'Britain would not collapse outside EU': David Cameron holds out prospect of referendum
Prime Minister rejects criticism from German politicians that he was trying to 'blackmai' the rest of the EU
Andrew Grice has been Political Editor of The Independent since 1998. He was previously Political Editor of The Sunday Times, where he worked for 10 years, and he has been a Westminster-based journalist since 1982. His column, Inside Politics, appears in The Independent each Saturday.
Monday 14 January 2013
David Cameron today rebuffed demands by Conservative MPs for a referendum on Europe before the 2015 general election, telling them they would have to wait until the next parliament.
The Prime Minister sought to end the confusion over his stance on Europe ahead of a much-anticipated speech he is due to make on the issue next week. In media interviews, he insisted he had nothing to fear from a referendum but made clear it would not take place until he had negotiated a “new settlement” between Britain and the EU. Some Tory MPs, including the former Europe Minister David Davis, have called for an early referendum to endorse the Government’s demands for a new deal, to be followed later by another public vote on the result of its negotiations with its EU partners.
Mr Cameron told BBC Radio 4’s Today programme that an immediate “in or out” vote would be a “false choice”. He added: “Right now, I think there are a lot of people who say ‘well, I would like to be in Europe, but I’m not happy with every aspect of the relationship, so I want it changed’ – that is my view.”
Although Britain would not “collapse” if it left the EU, he insisted that he wanted it to remain a member because it was in the country’s interests to stay in the single market. “I’m also optimistic and confident that we can achieve changes in the European Union to make sure that Britain feels more comfortable with our relationship with Europe – I’m confident we can do that,” he said.
The Prime Minister rejected criticism from German politicians that he was trying to “blackmail” the rest of the EU by threatening to leave if British demands for a return of powers to London were not met. He denied being isolated on that, saying Germany and the Netherlands had made similar proposals.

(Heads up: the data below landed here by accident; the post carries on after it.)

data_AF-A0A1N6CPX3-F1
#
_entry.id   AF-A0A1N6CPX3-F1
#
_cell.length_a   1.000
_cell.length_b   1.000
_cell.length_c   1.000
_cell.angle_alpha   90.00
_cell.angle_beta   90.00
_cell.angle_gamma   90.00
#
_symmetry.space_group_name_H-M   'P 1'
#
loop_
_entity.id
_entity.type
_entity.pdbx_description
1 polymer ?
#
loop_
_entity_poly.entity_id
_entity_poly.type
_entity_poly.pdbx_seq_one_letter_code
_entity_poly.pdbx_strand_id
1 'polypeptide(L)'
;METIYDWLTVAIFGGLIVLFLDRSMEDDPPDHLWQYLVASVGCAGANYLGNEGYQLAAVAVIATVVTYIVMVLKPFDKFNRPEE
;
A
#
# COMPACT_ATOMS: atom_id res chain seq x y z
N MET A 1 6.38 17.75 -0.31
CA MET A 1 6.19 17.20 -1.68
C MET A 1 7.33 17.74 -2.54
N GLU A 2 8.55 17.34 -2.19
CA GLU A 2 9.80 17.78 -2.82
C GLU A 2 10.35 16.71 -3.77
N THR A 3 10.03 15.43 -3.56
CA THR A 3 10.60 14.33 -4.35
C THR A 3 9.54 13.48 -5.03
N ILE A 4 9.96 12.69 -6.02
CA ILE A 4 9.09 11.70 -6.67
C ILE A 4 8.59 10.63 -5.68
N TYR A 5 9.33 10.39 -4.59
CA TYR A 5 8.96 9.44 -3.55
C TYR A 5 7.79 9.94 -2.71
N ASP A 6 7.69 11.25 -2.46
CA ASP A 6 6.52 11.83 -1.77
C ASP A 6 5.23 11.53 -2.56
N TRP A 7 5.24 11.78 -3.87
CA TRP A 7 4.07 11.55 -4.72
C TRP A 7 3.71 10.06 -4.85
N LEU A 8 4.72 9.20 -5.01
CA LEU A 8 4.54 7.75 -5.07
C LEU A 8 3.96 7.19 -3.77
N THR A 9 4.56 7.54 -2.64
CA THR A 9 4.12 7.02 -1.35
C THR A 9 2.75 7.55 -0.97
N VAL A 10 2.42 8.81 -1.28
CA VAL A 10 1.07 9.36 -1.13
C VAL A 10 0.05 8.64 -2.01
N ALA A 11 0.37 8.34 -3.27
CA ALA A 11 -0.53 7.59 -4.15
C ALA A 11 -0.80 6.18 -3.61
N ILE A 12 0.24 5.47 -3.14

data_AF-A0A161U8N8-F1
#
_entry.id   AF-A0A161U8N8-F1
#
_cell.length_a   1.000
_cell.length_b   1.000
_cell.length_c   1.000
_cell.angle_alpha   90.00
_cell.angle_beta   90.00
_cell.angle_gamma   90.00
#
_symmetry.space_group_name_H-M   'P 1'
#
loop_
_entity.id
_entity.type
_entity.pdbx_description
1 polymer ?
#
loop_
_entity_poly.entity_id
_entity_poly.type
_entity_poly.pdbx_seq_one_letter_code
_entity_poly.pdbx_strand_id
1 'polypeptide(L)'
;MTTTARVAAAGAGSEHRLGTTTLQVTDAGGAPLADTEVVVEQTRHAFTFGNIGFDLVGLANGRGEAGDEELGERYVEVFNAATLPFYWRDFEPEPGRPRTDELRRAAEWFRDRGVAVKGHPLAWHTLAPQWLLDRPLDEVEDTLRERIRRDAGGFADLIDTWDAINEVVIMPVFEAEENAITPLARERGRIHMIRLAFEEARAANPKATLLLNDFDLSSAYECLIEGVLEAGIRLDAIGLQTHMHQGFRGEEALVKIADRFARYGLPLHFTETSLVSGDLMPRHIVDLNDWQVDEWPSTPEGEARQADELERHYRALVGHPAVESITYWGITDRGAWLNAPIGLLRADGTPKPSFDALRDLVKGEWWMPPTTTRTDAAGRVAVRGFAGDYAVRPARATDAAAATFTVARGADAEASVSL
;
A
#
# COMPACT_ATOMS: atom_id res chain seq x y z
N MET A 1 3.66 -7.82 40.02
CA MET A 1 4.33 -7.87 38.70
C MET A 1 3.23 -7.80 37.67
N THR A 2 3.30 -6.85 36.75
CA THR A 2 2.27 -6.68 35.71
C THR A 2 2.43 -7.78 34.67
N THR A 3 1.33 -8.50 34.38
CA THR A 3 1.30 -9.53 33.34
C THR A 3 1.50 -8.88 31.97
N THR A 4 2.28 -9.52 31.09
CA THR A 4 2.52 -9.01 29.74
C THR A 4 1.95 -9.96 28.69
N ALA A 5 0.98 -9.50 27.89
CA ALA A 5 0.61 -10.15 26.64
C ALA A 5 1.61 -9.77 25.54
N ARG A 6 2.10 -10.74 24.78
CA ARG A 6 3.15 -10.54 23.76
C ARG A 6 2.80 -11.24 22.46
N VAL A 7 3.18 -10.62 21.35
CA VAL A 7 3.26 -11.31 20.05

Mr Cameron said: “I’m not blackmailing anybody. Britain, just like every other European country, has a perfect right to say ‘we are members of this club, we are prominent members, we pay a large bill for being a member of this club; we’re perfectly entitled to argue it needs to change’.
“This is not just about Britain’s relationship with Europe, this is also about the whole way Europe needs to change in order to deal with the global race and the competition from the south and the east and the fact that Europe’s economies are too bureaucratic, too sclerotic. We need to change that, and that’s an argument that I think will have great strength across Europe.”
Labour has warned that Mr Cameron could put the UK on a “slippery slope towards the EU exit door” if the new membership terms were rejected in a referendum. Douglas Alexander, the shadow Foreign Secretary, said the Prime Minister’s interviews raised more questions than they answered. “He's not in control of the agenda or even his party. The gap between his back benchers and our EU partners remains unbridgeable,” he said.
Threat of 'catastrophic cascade of collisions' must be averted, warn scientists
Oxford is the least affordable city in the UK, where houses cost 11 times local salaries
Wellcome Image Awards: The most striking images from the world of science, including breast cancer cells under chemical attack and a photographer’s own kidney stone
Space debris orbiting Earth to be destroyed with giant lasers fired from Australia
Swarm of killer bees sting woman 1,000 times
Oscar Pistorius trial: Athlete repeatedly vomits as court hears 'graphic details' of Reeva Steenkamp's autopsy
Britain's top vet sparks controversy with call for ban on slashing animals' throats in 'ritual' slaughters for halal and kosher meat products
Poor 'live like animals' says Boris's privately educated sister after going on 'poverty safari'
Exclusive: Impact of immigrants on British workers ‘negligible’
Vince Cable: Teachers 'know absolutely nothing' about the world of work
Ukraine crisis: Russia pledges to 'retaliate against sanctions' as Ukrainian president says Crimea vote will not be recognised
The quiet diplomat: Catherine Ashton - recognised and admired in all the world’s troubled countries, yet ridiculed at home
- 1 Australian man Rod Sommerville reacts to bite from deadly snake by reaching for cold beer
- 2 North Korea elections: Kim Jong-un wins 100% of the vote
- 3 David Cameron resorts to paying for Facebook fans because not enough people like him
- 4 Steve Irwin’s final words: Cameraman present at death opens up about deadly stingray attack for the first time
- 5 Sharknado 2: Former WWE wrestler Kurt Angle to fight second wave of flying sharks
£12000 per annum: Inspiring Interns: Our client is a leading digital agency bu...
£40000 - £45000 per annum: Charter Selection: Global leader in its respective ...
£130 - £161 per day: Randstad Education Nottingham: Do you have a qualificatio...
£6720 - £33600 per annum: Randstad Education Nottingham: The school is much la...